In all honesty, it almost seems like you're intent to fetishize this whole matter of teacher salaries. Compared to other excellent school systems in CA, the salaries are not at all excessive; given the cost of living in the Bay Area, I'd be happy to argue they should be even higher. (I've read some teachers posting here state that their salary does not permit them to buy a home in P-Town.)
You seem not to want to entertain any of my above contributions with respect to the pernicious corporate onslaught against our kids' minds. I don't know what to make of your silence on this matter. Given your seeming hyper-critical attacks upon "union teachers" as you refer to them so disparagingly, I'm tempted to conclude that you disagree with me; that in fact you find P's "union teachers" more of a problem than corporate influence upon the minds of our children. If I'm right, then this strikes me as an unfortunate blindness on your part. P-town's "union teachers" are so much more a problem than the kinds of crap in the grocery store that our kids are being told to buy and ingest? It begs the question: Where man is your sense of proportion?
You apparently don't want to consider raising taxes because, I guess, you find sticking to a budget more important than the wealthy not contributing their fair share in these hard times when our educational institutions call for greater monetary assistance. You say CA is soon to be the highest taxed state; but I'm not sure that really is saying much. First, what taxes are actually paid after loopholes? And, second, the U.S. does after all have one of the lowest corporate tax rates among developed nations. You seem to be comfortable with this and -- my hunch -- you seem unphased by corporate behavior that preys upon our young.
So, you clearly don't want to step beyond the restricted playing field that you've constructed. You conclude by asking: "Given those uncertainties, how can the PUSD approve a contract that increases compensation?" Well, in matters such as this I tend to defer to Max Weber's ideas on bureaucratic organizations: specifically, they are designed to cultivate and reward professionals who are assigned the task of doing actuarial science and applied economics. Such professionals, with their knowledge and expertise, are to be valued precisely for their resistance to ignorance-based popular sentiment. They are, in a word, more trustworthy than the activist zealots who think they know more than the professionals do. They are part of a rational system that withstands attacks from parts of society that get lathered up by a black man's birth certificate or an excellent teacher's salary.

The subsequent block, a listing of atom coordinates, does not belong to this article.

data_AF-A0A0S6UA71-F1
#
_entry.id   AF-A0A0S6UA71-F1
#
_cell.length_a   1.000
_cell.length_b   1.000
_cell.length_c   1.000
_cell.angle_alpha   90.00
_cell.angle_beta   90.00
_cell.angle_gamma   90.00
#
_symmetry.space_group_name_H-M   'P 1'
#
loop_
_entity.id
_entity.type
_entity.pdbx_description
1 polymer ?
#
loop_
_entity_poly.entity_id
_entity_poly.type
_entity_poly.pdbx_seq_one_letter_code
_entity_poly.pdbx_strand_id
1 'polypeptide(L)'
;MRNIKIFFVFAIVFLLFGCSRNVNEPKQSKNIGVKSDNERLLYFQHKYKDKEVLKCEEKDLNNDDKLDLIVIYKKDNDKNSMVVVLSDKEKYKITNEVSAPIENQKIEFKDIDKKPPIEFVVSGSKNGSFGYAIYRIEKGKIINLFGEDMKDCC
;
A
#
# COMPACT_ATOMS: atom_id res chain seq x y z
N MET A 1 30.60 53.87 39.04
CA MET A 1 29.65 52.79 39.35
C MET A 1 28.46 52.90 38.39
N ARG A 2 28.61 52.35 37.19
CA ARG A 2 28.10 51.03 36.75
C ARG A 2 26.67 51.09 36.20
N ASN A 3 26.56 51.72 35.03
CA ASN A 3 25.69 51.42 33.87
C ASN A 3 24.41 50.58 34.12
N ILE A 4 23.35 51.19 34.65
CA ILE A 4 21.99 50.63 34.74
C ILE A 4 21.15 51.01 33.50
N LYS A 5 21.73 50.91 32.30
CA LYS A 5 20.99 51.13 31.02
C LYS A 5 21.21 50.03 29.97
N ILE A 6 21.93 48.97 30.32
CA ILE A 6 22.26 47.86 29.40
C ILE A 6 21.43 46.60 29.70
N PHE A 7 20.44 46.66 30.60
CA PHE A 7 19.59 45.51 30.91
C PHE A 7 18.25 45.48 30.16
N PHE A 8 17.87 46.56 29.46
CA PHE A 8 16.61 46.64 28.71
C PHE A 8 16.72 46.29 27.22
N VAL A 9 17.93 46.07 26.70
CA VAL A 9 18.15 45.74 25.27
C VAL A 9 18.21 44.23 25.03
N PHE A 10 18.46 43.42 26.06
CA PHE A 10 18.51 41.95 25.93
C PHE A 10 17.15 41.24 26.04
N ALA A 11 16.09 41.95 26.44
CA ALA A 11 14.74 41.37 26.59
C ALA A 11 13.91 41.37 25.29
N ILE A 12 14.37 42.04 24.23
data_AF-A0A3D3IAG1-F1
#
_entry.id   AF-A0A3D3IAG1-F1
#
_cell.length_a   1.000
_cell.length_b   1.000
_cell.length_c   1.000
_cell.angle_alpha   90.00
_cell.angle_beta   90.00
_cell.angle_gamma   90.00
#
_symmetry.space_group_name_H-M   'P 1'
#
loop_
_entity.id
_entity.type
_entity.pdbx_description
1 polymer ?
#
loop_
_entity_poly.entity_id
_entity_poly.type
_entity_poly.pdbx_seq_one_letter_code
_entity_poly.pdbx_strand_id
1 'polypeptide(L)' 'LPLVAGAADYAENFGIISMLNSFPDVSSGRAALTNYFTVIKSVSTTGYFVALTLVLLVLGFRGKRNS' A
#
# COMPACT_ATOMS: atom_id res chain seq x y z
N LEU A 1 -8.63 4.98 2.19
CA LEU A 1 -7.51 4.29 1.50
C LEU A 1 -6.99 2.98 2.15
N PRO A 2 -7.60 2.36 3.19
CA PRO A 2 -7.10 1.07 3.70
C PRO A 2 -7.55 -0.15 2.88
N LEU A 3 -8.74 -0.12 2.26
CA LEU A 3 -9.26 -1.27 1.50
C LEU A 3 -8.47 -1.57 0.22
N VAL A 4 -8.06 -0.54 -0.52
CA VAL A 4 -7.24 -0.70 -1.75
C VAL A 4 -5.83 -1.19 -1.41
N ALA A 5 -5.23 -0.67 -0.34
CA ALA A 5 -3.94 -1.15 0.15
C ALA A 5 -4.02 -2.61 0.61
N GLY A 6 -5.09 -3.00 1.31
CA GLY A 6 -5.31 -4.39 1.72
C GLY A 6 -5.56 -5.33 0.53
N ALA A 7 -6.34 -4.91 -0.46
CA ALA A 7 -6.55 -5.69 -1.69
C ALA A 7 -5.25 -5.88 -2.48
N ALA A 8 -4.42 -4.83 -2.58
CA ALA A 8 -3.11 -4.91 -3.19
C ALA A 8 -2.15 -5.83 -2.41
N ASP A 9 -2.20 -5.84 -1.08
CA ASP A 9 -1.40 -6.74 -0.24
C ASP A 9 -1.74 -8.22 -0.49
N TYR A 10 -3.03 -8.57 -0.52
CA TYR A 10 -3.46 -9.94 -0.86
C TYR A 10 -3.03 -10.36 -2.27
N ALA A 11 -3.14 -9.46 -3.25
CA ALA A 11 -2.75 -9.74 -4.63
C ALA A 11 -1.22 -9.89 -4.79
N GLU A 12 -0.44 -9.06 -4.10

From my passing perusals of the posts here, I'd venture to say that PUSD can approve such a contract because, unlike your own apparent tendency to reduce any and all educational problems to that of numbers/math, there are many considerations to be factored into their determinations. Keeping the PUSD competitive, keeping PUSD operating at a level that produces sustained excellence in teaching, maintaining high morale among teachers (a critical ingredient that we want in every classroom -- and that seems to be lacking in your consideration as you persist on your political crusade), and promoting fairness in light of prior contractual obligations. I'm certain there are others, but it is now well past my nap time, so I'll end it here, except to say that I'm a bit disappointed that you seemed not to want to address the significant role of our teachers, and educational system generally, in educating our children in an increasingly corporatized, Lindsay Lohan kind of environment. In other words, I think the kinds of concerns you are raising are obviously misplaced, and are producing destructive effects upon our teachers, our schools, and our community.